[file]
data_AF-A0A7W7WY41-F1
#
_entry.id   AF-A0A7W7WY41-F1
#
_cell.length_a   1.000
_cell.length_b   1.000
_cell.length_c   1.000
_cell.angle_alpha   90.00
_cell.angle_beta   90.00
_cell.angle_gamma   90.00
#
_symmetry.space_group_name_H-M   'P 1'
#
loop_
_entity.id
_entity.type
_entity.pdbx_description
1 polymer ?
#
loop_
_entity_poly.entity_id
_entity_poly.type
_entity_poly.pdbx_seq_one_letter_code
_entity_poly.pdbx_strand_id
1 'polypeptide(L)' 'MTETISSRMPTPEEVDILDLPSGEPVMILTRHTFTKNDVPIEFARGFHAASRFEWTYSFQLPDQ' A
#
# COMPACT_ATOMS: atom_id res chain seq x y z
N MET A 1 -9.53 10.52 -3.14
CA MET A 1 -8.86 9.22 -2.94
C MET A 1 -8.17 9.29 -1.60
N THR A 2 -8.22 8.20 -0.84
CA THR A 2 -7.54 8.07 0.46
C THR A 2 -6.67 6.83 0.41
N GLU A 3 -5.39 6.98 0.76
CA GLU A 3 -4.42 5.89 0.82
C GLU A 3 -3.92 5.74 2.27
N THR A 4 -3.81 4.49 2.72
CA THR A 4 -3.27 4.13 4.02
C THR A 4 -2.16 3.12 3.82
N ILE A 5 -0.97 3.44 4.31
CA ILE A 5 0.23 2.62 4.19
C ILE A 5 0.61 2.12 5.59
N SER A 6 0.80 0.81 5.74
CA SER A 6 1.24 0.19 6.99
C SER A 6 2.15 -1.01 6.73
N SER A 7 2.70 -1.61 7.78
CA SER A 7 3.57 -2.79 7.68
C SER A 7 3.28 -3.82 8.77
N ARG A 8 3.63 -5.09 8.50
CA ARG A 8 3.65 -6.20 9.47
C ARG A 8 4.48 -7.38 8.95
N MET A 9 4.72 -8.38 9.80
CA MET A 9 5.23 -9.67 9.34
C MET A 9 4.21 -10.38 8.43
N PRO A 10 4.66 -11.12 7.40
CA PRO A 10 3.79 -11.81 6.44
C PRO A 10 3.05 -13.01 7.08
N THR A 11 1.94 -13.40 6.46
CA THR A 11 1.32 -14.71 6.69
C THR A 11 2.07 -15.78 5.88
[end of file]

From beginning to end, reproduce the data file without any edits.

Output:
data_AF-A0A7W7WY41-F1
#
_entry.id   AF-A0A7W7WY41-F1
#
_cell.length_a   1.000
_cell.length_b   1.000
_cell.length_c   1.000
_cell.angle_alpha   90.00
_cell.angle_beta   90.00
_cell.angle_gamma   90.00
#
_symmetry.space_group_name_H-M   'P 1'
#
loop_
_entity.id
_entity.type
_entity.pdbx_description
1 polymer ?
#
loop_
_entity_poly.entity_id
_entity_poly.type
_entity_poly.pdbx_seq_one_letter_code
_entity_poly.pdbx_strand_id
1 'polypeptide(L)' 'MTETISSRMPTPEEVDILDLPSGEPVMILTRHTFTKNDVPIEFARGFHAASRFEWTYSFQLPDQ' A
#
# COMPACT_ATOMS: atom_id res chain seq x y z
N MET A 1 -9.53 10.52 -3.14
CA MET A 1 -8.86 9.22 -2.94
C MET A 1 -8.17 9.29 -1.60
N THR A 2 -8.22 8.20 -0.84
CA THR A 2 -7.54 8.07 0.46
C THR A 2 -6.67 6.83 0.41
N GLU A 3 -5.39 6.98 0.76
CA GLU A 3 -4.42 5.89 0.82
C GLU A 3 -3.92 5.74 2.27
N THR A 4 -3.81 4.49 2.72
CA THR A 4 -3.27 4.13 4.02
C THR A 4 -2.16 3.12 3.82
N ILE A 5 -0.97 3.44 4.31
CA ILE A 5 0.23 2.62 4.19
C ILE A 5 0.61 2.12 5.59
N SER A 6 0.80 0.81 5.74
CA SER A 6 1.24 0.19 6.99
C SER A 6 2.15 -1.01 6.73
N SER A 7 2.70 -1.61 7.78
CA SER A 7 3.57 -2.79 7.68
C SER A 7 3.28 -3.82 8.77
N ARG A 8 3.63 -5.09 8.50
CA ARG A 8 3.65 -6.20 9.47
C ARG A 8 4.48 -7.38 8.95
N MET A 9 4.72 -8.38 9.80
CA MET A 9 5.23 -9.67 9.34
C MET A 9 4.21 -10.38 8.43
N PRO A 10 4.66 -11.12 7.40
CA PRO A 10 3.79 -11.81 6.44
C PRO A 10 3.05 -13.01 7.08
N THR A 11 1.94 -13.40 6.46
CA THR A 11 1.32 -14.71 6.69
C THR A 11 2.07 -15.78 5.88